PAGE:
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anonymous
 4 years ago
Need to use the binomal therom to expand (1+2x)/(12x) Not sure where to start to get it into the right format.
anonymous
 4 years ago
Need to use the binomal therom to expand (1+2x)/(12x) Not sure where to start to get it into the right format.

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anonymous
 4 years ago
Best ResponseYou've already chosen the best response.0Oh. Need to go up too and including the term \[x ^{2}\]

anonymous
 4 years ago
Best ResponseYou've already chosen the best response.0Could you explain the steps? thank you very much for your timee!

anonymous
 4 years ago
Best ResponseYou've already chosen the best response.0Is that \[(1+2x) \times (12x)\] or \[\frac{(1+2x)}{(12x)}\]?

anonymous
 4 years ago
Best ResponseYou've already chosen the best response.0I have been trying to do those Fractions but am unable to do it! Soo fustrating! Yes it is the the (1+2x) over (12x)

anonymous
 4 years ago
Best ResponseYou've already chosen the best response.0Okay give me a minute to work this out :)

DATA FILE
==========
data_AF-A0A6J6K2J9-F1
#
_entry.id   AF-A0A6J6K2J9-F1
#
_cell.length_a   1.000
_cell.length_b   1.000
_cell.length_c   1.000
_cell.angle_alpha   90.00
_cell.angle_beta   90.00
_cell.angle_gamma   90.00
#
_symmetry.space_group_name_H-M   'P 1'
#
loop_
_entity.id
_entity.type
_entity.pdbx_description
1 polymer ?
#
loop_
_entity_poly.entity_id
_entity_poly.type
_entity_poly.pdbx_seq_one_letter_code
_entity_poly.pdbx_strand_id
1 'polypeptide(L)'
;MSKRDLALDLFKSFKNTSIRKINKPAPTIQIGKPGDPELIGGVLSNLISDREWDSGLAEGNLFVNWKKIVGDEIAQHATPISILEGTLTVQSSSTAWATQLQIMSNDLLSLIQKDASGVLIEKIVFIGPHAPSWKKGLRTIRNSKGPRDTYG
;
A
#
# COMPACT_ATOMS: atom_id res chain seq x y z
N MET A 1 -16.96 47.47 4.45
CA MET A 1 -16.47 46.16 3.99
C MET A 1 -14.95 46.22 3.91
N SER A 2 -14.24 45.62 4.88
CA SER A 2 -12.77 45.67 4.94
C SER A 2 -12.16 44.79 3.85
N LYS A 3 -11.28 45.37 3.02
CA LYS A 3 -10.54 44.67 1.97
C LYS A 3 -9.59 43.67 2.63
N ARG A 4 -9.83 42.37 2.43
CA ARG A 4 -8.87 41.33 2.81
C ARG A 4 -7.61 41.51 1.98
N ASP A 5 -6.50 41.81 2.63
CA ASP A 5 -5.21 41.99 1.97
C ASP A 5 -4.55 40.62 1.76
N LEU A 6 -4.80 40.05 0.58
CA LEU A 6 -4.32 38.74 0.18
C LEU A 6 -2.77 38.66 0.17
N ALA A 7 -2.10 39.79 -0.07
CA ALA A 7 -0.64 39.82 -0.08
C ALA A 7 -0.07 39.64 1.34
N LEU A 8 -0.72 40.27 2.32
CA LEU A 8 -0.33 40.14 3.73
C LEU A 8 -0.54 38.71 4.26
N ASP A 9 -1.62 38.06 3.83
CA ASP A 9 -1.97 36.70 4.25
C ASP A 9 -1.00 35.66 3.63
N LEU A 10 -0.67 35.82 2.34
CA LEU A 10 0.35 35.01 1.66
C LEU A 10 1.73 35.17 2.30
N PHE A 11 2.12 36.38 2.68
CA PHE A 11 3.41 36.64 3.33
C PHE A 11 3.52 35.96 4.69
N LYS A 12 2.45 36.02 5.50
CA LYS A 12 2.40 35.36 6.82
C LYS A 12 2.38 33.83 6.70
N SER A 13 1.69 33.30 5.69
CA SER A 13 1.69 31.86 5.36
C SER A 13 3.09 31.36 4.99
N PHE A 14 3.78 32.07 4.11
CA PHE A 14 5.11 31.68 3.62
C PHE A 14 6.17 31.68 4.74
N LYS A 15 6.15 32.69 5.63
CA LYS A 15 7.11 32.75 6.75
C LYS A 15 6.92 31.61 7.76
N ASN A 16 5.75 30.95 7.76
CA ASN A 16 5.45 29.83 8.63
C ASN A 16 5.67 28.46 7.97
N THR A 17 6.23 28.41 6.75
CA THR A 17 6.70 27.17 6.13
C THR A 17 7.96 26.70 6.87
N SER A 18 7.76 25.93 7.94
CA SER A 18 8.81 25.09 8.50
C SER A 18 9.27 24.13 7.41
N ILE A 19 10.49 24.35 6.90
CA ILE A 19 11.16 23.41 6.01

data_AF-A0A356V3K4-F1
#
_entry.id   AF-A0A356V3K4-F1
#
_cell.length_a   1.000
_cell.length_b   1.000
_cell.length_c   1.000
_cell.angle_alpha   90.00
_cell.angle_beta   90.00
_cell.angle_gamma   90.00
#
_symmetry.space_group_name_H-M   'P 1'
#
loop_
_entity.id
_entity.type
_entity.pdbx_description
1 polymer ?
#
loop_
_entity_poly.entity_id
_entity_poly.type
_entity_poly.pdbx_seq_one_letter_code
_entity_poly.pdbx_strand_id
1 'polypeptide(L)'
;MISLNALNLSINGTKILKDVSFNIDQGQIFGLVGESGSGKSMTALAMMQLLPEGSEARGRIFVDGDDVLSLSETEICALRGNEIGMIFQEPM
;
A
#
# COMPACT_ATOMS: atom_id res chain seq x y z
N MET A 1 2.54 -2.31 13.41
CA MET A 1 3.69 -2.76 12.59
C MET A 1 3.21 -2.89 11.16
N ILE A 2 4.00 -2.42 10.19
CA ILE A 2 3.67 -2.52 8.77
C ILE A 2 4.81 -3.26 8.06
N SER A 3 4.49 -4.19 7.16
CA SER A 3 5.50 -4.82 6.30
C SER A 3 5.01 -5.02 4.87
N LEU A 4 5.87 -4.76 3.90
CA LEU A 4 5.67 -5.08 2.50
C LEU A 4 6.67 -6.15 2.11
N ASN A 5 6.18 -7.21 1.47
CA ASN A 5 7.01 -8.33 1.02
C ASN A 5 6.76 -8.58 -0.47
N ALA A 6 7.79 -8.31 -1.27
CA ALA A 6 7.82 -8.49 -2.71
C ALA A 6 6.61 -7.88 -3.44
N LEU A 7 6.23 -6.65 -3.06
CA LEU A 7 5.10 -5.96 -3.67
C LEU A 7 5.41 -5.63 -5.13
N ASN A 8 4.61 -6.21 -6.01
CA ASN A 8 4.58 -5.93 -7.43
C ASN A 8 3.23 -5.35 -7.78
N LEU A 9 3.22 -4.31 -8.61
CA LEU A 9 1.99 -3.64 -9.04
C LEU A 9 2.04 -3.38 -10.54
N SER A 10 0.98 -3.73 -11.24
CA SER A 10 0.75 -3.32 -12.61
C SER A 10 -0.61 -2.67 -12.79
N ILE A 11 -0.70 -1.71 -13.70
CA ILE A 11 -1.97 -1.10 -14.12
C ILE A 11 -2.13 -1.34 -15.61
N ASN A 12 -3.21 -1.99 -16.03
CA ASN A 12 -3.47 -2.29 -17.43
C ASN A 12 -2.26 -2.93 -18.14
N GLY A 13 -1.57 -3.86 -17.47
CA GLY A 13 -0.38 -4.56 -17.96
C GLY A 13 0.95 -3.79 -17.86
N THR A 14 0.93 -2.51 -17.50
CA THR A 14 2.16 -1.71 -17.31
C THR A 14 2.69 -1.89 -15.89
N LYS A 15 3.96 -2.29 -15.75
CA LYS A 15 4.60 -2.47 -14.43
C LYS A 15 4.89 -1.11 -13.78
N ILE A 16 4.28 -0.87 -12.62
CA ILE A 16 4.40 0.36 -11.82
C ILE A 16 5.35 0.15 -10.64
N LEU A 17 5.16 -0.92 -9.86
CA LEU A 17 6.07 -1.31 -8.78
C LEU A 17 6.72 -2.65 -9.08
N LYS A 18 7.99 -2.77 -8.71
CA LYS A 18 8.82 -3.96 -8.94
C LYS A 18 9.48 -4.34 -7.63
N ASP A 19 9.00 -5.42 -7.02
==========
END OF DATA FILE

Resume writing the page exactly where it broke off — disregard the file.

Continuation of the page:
anonymous
 4 years ago
Best ResponseYou've already chosen the best response.0If it is any help the answer is \[(1+2x)(1+2x+4x ^{2})\]

y2o2
 4 years ago
Best ResponseYou've already chosen the best response.1(1+2x) over (12x) can never be equal to (1+2x)(1+2x+4x²) and you can assure that by substitution.

anonymous
 4 years ago
Best ResponseYou've already chosen the best response.0\[(1+2x)(12x)^{1}=(1+2x)(1^{1}+1*1^{11}*2x+\frac{1(11)}{2} (1)^{12}(2x)^2+...)\]\[=(1+2x)(1^{1}+2x+\frac{1(2)}{2} (1)^{3}*4x^2+...)\]\[=(1+2x)(1+2x+\frac{2}{2} *1*4x^2+...)\]\[=(1+2x)(1+2x+4x^2+...)\] This is from this rule \[(a+b)^n=a^n+na^{n1}b+\frac{n(n1)}{2}a^{n2}b^2+....\] Sorry it took so long :D

anonymous
 4 years ago
Best ResponseYou've already chosen the best response.0either the answer is wrong or you forgot something when posting the problem i agree with y2o2

anonymous
 4 years ago
Best ResponseYou've already chosen the best response.0@zed yes it becomes an infinite sum..is that the solution they are looking for? their answer stops after 4x^2

anonymous
 4 years ago
Best ResponseYou've already chosen the best response.0Yes they only had to do the terms until it reaches x^2 power

anonymous
 4 years ago
Best ResponseYou've already chosen the best response.0ok thanks for clearing it up :)

anonymous
 4 years ago
Best ResponseYou've already chosen the best response.0Thank you very much guys! Clears things up!
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